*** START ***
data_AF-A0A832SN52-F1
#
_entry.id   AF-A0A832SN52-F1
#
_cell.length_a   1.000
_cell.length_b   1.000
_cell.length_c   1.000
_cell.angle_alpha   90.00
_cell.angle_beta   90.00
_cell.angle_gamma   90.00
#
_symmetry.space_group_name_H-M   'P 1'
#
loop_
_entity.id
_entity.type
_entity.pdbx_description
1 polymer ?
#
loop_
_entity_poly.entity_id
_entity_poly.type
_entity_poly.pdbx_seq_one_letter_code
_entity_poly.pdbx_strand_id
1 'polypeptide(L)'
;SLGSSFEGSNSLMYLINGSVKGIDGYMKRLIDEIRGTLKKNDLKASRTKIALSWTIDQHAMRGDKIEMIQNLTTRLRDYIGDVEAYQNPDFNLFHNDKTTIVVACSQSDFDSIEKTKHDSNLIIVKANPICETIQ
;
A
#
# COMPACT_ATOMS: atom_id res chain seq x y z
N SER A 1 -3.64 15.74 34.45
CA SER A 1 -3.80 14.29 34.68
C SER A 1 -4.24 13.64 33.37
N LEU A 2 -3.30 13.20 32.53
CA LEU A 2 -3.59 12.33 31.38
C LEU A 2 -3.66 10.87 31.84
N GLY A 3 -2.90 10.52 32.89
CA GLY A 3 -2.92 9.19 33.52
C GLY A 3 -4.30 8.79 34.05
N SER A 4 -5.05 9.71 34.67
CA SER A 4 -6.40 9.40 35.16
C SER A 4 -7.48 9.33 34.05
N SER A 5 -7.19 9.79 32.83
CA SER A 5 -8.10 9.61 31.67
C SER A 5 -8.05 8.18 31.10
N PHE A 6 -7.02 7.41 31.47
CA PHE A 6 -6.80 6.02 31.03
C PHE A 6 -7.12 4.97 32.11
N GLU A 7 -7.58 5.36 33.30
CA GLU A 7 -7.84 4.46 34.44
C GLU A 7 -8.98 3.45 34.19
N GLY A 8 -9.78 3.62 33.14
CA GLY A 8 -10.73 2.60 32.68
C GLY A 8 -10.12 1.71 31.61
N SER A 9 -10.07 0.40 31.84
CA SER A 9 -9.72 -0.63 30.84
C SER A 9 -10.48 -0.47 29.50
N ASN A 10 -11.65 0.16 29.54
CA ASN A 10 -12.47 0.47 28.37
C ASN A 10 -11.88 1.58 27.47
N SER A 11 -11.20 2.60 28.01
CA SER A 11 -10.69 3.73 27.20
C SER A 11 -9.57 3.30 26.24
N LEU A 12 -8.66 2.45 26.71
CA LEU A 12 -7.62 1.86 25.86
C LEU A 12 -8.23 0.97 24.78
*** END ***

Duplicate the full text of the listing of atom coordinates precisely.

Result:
data_AF-A0A832SN52-F1
#
_entry.id   AF-A0A832SN52-F1
#
_cell.length_a   1.000
_cell.length_b   1.000
_cell.length_c   1.000
_cell.angle_alpha   90.00
_cell.angle_beta   90.00
_cell.angle_gamma   90.00
#
_symmetry.space_group_name_H-M   'P 1'
#
loop_
_entity.id
_entity.type
_entity.pdbx_description
1 polymer ?
#
loop_
_entity_poly.entity_id
_entity_poly.type
_entity_poly.pdbx_seq_one_letter_code
_entity_poly.pdbx_strand_id
1 'polypeptide(L)'
;SLGSSFEGSNSLMYLINGSVKGIDGYMKRLIDEIRGTLKKNDLKASRTKIALSWTIDQHAMRGDKIEMIQNLTTRLRDYIGDVEAYQNPDFNLFHNDKTTIVVACSQSDFDSIEKTKHDSNLIIVKANPICETIQ
;
A
#
# COMPACT_ATOMS: atom_id res chain seq x y z
N SER A 1 -3.64 15.74 34.45
CA SER A 1 -3.80 14.29 34.68
C SER A 1 -4.24 13.64 33.37
N LEU A 2 -3.30 13.20 32.53
CA LEU A 2 -3.59 12.33 31.38
C LEU A 2 -3.66 10.87 31.84
N GLY A 3 -2.90 10.52 32.89
CA GLY A 3 -2.92 9.19 33.52
C GLY A 3 -4.30 8.79 34.05
N SER A 4 -5.05 9.71 34.67
CA SER A 4 -6.40 9.40 35.16
C SER A 4 -7.48 9.33 34.05
N SER A 5 -7.19 9.79 32.83
CA SER A 5 -8.10 9.61 31.67
C SER A 5 -8.05 8.18 31.10
N PHE A 6 -7.02 7.41 31.47
CA PHE A 6 -6.80 6.02 31.03
C PHE A 6 -7.12 4.97 32.11
N GLU A 7 -7.58 5.36 33.30
CA GLU A 7 -7.84 4.46 34.44
C GLU A 7 -8.98 3.45 34.19
N GLY A 8 -9.78 3.62 33.14
CA GLY A 8 -10.73 2.60 32.68
C GLY A 8 -10.12 1.71 31.61
N SER A 9 -10.07 0.40 31.84
CA SER A 9 -9.72 -0.63 30.84
C SER A 9 -10.48 -0.47 29.50
N ASN A 10 -11.65 0.16 29.54
CA ASN A 10 -12.47 0.47 28.37
C ASN A 10 -11.88 1.58 27.47
N SER A 11 -11.20 2.60 28.01
CA SER A 11 -10.69 3.73 27.20
C SER A 11 -9.57 3.30 26.24
N LEU A 12 -8.66 2.45 26.71
CA LEU A 12 -7.62 1.86 25.86
C LEU A 12 -8.23 0.97 24.78